The U.S. Environmental Protection Agency (EPA) has approved the release of genetically modified mosquitos.
The mosquito release programs in California and Florida will target Aedes aegypti, an invasive mosquito species that carries zika, dengue fever, heartworms in pets, and other harmful insect-transmitted diseases.
The 2.4 billion mosquitos to be released were engineered by the biotech firm Oxitec. Called “Friendly” Aedes aegypti, the mosquitos are all males, don’t bite, and only produce male offspring. The males will breed with wild females, the number of females will fall, and the mosquito population decline.
In a Brazilian pilot project, the release of Friendly mosquitos resulted in a 95 percent decline in the Aedes aegypti in the treated area, said Oxitec in a statement.
“Implemented in close partnership with the City of Indaiatuba, Brazil, the Friendly™ mini-capsule product method suppressed up to 95% of disease-carrying Aedes aegypti in urban, dengue-prone environments following just 13 weeks of treatment, as compared to untreated control sites in the same city,” Oxitec reported.
After the successful pilot, the Brazilian government approved the commercial launch of Oxitec’s program in 2020.
‘Federal Regulators’ Blunders’
U.S. deployment of Friendly mosquitos was delayed for years by the EPA and other federal agencies, says Henry Miller, M.D., a senior fellow with the Pacific Research Institute.
“Oxitec began seeking regulatory approval in 2010,” said Miller. “That began a deplorable Keystone-cops-like series of federal regulators’ blunders that delayed approval of a single field trial for more than a decade—even though the same genetically modified mosquitos had been successfully, safely tested in a number of foreign countries and were approved for commercial use in Brazil.”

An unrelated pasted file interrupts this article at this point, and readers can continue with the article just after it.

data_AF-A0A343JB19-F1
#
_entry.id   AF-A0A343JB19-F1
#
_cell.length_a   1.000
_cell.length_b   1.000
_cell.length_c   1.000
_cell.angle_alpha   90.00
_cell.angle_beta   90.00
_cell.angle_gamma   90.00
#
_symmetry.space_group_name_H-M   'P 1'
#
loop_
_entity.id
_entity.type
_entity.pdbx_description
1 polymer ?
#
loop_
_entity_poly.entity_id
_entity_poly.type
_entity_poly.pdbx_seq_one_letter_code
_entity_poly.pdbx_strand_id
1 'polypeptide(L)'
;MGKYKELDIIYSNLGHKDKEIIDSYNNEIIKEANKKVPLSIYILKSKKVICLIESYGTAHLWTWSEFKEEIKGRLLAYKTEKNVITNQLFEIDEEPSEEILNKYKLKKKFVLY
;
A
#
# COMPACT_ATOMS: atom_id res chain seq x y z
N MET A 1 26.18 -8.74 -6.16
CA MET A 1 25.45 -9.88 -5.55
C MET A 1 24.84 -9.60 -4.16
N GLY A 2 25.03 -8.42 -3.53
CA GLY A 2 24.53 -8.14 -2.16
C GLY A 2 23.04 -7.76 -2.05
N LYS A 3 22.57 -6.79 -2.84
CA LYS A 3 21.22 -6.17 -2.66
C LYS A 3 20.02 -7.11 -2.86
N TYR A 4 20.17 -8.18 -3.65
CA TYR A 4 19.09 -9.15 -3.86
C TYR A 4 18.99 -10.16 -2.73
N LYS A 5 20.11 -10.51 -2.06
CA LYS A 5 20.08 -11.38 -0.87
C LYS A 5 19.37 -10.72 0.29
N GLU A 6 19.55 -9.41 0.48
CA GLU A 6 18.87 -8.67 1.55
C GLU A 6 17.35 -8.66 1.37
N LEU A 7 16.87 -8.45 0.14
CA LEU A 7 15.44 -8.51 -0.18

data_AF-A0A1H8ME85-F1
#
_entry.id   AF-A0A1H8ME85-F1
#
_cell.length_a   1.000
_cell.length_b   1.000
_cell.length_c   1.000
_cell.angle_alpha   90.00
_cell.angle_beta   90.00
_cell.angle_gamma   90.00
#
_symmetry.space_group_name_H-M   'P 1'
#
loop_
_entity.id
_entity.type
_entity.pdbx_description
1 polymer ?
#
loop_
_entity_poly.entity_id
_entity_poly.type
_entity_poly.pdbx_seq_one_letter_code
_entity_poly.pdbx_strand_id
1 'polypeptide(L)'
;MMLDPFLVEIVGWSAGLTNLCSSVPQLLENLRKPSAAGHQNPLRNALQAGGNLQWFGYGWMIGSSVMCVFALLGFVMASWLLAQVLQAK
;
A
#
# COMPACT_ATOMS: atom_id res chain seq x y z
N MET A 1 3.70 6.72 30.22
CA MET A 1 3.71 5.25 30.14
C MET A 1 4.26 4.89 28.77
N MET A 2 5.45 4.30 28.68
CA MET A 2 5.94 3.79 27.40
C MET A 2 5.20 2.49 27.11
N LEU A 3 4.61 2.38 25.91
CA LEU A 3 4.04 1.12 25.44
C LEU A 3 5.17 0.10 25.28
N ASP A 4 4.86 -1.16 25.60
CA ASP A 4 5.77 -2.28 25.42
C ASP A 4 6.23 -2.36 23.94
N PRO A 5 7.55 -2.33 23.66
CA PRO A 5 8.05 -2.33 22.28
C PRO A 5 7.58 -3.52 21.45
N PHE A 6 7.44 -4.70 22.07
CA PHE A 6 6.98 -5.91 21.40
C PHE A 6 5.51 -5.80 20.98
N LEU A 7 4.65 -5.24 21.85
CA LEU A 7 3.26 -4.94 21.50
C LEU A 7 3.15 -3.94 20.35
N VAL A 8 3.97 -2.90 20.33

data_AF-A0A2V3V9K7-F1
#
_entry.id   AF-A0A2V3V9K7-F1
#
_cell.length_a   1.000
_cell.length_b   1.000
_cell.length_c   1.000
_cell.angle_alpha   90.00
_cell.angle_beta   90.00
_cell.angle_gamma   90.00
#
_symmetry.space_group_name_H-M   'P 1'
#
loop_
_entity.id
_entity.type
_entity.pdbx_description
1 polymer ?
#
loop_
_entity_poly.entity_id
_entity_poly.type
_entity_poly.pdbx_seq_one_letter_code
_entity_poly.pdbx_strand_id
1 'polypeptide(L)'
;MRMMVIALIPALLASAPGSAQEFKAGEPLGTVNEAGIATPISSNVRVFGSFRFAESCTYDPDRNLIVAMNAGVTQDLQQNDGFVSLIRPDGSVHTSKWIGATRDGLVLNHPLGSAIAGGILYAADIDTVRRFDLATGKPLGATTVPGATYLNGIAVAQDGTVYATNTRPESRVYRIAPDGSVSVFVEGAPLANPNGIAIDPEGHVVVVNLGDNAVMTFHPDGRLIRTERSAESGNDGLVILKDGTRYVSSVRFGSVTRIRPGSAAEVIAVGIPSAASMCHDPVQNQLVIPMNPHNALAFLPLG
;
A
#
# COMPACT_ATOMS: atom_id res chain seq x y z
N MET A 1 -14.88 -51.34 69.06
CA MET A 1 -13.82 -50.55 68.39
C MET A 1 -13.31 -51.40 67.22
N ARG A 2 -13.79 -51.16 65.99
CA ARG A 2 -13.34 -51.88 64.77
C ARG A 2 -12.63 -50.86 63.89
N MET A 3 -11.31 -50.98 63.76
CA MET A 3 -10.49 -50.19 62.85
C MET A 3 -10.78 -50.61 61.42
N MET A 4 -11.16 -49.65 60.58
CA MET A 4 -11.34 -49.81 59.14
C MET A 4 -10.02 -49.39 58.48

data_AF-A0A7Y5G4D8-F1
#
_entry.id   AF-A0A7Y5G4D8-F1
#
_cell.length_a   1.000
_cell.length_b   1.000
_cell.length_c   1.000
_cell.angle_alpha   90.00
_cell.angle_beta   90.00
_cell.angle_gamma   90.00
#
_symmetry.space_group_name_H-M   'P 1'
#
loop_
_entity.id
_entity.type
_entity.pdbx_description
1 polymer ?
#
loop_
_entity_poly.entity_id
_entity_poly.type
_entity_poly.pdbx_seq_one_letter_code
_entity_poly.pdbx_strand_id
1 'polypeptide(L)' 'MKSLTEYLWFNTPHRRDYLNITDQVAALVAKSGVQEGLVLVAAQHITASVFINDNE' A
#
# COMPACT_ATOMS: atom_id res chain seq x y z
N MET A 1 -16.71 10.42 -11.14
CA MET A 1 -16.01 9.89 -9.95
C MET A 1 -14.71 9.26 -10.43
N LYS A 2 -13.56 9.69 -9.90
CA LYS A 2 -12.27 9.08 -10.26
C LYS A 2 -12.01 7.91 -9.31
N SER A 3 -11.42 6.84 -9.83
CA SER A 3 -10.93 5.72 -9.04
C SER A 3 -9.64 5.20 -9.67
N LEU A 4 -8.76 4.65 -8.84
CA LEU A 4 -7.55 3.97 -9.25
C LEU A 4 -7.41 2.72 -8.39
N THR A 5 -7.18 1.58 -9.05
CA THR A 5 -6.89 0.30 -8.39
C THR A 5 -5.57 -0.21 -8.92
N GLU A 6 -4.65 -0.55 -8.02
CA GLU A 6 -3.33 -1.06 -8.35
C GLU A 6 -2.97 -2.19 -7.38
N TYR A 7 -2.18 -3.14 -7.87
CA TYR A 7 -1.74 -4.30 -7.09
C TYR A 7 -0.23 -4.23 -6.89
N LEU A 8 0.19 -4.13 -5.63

Oxitec received an Experimental Use Permit (EUP) for a successful pilot program in the Florida Keys in 2020, but regulators delayed granting further permits, says Miller.
“It took the EPA an absurd, inexcusable two-and-a-half years to approve this simple field trial,” said Miller. “This is not too surprising, given that the EPA is possibly the worst regulatory agency in the history of the world; corrupt, incompetent, and politicized.”
Delays Endanger Public Health
The U.S. Centers for Disease Control and Prevention reports most Americans contract vector-borne diseases like dengue fever, malaria, and zika in foreign countries, but U.S. outbreaks have occurred.
In 2020, 71 people in Florida and 12 in Texas were infected with dengue fever by mosquitos. In 2015, 200 people caught the disease in Hawaii.
Regulatory delays in approving innovative technologies like Oxitec’s Friendly mosquitos threaten human health and result in unnecessary illness and death, says Miller.
“Regulators’ bumbling and fumbling of the oversight of important products such as the Oxitec mosquitos has real-world consequences,” Miller said. “It deprives public health agencies of a way to prevent lethal mosquito-borne diseases, discourages innovation, and raises the cost of the products.”
Linnea Lueken (email@example.com) is a research fellow with the Arthur B. Robinson Center on Climate and Environmental Policy at The Heartland Institute.